As part of our solar installation, we needed to get the asbestos removed from the work site. The main areas were our electrical switchboard and the eaves under the roof. We also had two asbestos panels beside the front door, and the company was willing to add those to the job for free. With the exception of the asbestos flue for our hot water system, this now means that the outside of our house is asbestos free.
We saw the removal of those asbestos wall panels as a great opportunity to check the insulation of our external walls, and there was no surprise at all that they were just empty cavities. Walls in this area should have a minimum R insulation value of 2.8 and, since this is a north facing wall, we wanted to go as high as we could.
The highest insulation rating that we could find was R 7.0, and we had to get it as a special order, which only took a few days to arrive. We had the right amount of insulation to do the job, but we hit the first obvious hurdle – it didn’t fit. The batts were so thick that it took three adults to compress it inside. Unfortunately, when you start to compress this type of product, you also start to reduce the R rating.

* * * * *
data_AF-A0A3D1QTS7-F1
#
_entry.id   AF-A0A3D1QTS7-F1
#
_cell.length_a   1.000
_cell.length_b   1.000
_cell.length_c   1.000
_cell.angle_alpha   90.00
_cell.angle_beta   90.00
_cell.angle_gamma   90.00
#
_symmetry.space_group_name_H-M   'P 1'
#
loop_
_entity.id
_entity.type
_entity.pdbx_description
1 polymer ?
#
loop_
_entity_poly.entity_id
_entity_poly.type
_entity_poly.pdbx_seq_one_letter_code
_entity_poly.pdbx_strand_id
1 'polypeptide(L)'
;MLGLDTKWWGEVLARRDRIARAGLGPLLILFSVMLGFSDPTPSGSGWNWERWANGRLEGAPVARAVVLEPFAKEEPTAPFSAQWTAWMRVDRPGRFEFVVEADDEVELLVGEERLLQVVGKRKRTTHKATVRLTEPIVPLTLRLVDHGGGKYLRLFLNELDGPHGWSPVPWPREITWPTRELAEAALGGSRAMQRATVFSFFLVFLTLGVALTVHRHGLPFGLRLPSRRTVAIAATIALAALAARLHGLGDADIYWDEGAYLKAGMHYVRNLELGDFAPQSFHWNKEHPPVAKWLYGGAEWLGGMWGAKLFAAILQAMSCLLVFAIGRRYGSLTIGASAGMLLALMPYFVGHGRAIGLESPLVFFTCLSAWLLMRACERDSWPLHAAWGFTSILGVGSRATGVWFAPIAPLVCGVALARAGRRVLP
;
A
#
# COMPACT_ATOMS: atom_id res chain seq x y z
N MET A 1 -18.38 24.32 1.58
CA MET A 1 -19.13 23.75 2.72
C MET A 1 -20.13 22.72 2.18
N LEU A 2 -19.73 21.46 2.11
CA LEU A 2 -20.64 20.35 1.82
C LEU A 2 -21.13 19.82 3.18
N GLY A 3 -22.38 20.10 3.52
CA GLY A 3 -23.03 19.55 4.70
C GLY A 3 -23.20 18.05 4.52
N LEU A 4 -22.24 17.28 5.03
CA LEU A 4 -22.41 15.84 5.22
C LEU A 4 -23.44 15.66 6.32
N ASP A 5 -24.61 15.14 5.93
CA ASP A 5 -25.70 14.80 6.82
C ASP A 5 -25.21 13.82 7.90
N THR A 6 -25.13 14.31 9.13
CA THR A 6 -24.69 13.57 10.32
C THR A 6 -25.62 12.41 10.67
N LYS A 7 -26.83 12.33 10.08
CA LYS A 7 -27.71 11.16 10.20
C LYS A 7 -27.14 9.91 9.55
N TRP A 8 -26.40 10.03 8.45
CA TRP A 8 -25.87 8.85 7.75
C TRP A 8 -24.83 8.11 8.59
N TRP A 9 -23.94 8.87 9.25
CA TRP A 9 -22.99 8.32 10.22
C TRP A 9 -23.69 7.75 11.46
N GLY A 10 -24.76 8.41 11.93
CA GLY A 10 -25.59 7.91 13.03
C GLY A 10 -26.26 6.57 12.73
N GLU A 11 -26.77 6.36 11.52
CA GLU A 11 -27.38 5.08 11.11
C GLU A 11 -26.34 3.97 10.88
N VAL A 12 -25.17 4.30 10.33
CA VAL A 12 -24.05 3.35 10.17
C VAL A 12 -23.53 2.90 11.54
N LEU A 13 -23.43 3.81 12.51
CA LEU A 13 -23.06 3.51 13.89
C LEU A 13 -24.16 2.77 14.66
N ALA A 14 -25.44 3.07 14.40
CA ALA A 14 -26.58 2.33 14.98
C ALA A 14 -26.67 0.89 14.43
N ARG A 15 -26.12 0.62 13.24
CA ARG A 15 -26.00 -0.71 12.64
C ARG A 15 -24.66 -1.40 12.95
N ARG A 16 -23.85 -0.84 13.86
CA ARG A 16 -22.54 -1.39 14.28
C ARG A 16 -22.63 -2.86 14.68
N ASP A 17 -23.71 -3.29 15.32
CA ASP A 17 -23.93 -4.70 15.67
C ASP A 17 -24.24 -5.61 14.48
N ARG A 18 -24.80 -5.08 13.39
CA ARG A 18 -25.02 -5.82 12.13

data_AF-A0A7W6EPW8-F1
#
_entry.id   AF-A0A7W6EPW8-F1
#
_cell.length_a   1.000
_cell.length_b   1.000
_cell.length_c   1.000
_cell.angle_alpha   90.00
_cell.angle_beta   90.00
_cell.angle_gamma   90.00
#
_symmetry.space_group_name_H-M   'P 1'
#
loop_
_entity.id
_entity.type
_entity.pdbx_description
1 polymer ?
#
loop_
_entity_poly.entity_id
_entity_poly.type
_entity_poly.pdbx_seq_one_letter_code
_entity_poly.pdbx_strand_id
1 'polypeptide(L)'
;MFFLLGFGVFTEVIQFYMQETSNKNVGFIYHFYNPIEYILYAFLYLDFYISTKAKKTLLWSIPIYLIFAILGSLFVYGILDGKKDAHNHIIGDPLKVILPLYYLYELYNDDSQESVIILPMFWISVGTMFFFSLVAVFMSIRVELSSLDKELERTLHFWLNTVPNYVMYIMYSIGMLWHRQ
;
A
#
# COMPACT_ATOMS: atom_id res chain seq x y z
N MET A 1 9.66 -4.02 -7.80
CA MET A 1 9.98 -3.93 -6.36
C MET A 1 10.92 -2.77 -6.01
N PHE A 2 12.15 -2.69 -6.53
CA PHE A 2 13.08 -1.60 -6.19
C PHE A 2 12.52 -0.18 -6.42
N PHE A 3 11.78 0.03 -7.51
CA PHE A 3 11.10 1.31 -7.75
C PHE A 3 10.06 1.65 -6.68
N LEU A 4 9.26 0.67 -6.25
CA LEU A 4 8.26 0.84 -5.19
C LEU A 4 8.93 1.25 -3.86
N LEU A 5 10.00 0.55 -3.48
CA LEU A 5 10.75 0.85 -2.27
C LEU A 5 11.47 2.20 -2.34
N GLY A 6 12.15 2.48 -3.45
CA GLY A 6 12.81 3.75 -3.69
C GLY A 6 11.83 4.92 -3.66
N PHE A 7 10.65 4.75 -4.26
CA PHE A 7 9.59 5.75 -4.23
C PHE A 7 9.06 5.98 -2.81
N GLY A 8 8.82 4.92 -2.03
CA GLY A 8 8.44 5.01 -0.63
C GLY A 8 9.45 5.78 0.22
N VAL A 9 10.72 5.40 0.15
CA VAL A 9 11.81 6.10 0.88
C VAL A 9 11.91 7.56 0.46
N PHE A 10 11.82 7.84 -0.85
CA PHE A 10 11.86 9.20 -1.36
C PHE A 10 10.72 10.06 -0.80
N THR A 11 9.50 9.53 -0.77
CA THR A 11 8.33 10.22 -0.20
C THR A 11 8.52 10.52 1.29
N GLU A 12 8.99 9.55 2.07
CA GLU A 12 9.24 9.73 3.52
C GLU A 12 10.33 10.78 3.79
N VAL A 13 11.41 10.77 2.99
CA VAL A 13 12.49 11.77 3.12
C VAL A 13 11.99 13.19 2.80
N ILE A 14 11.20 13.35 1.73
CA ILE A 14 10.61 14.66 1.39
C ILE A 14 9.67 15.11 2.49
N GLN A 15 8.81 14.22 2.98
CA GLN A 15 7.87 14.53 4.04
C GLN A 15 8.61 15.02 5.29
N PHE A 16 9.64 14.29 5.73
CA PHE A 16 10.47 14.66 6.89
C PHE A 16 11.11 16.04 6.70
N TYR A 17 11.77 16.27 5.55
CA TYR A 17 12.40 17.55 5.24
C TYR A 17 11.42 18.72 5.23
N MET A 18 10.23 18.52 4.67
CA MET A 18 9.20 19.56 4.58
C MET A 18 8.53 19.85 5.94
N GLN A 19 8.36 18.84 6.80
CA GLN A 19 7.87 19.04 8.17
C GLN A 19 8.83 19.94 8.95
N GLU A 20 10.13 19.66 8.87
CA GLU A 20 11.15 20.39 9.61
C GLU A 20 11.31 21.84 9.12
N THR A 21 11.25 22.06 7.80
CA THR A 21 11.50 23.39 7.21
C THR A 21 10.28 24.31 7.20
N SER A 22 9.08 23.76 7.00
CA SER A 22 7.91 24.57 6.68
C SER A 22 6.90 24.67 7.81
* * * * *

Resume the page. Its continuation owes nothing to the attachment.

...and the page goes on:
After a quick strategy meeting, we agreed to carefully split the batts down the middle to make them half the thickness. This had the unfortunate effect of reducing their R rating, but it did mean that we could get them in the wall.
Given the price of this insulation, we would have been much better off measuring all of the internal dimensions before choosing a product, so I’m glad that we made this mistake with a smaller quantity instead of buying enough for the whole house. The surplus insulation has been put in the roof where it will be used to patch any gaps once we have a chance to get up there.
If you’re playing along at home…
…do you have any external panels like these that you could remove to add insulation to your external walls? Please share in the comments below if you have made similar modifications to your house and how it went for you.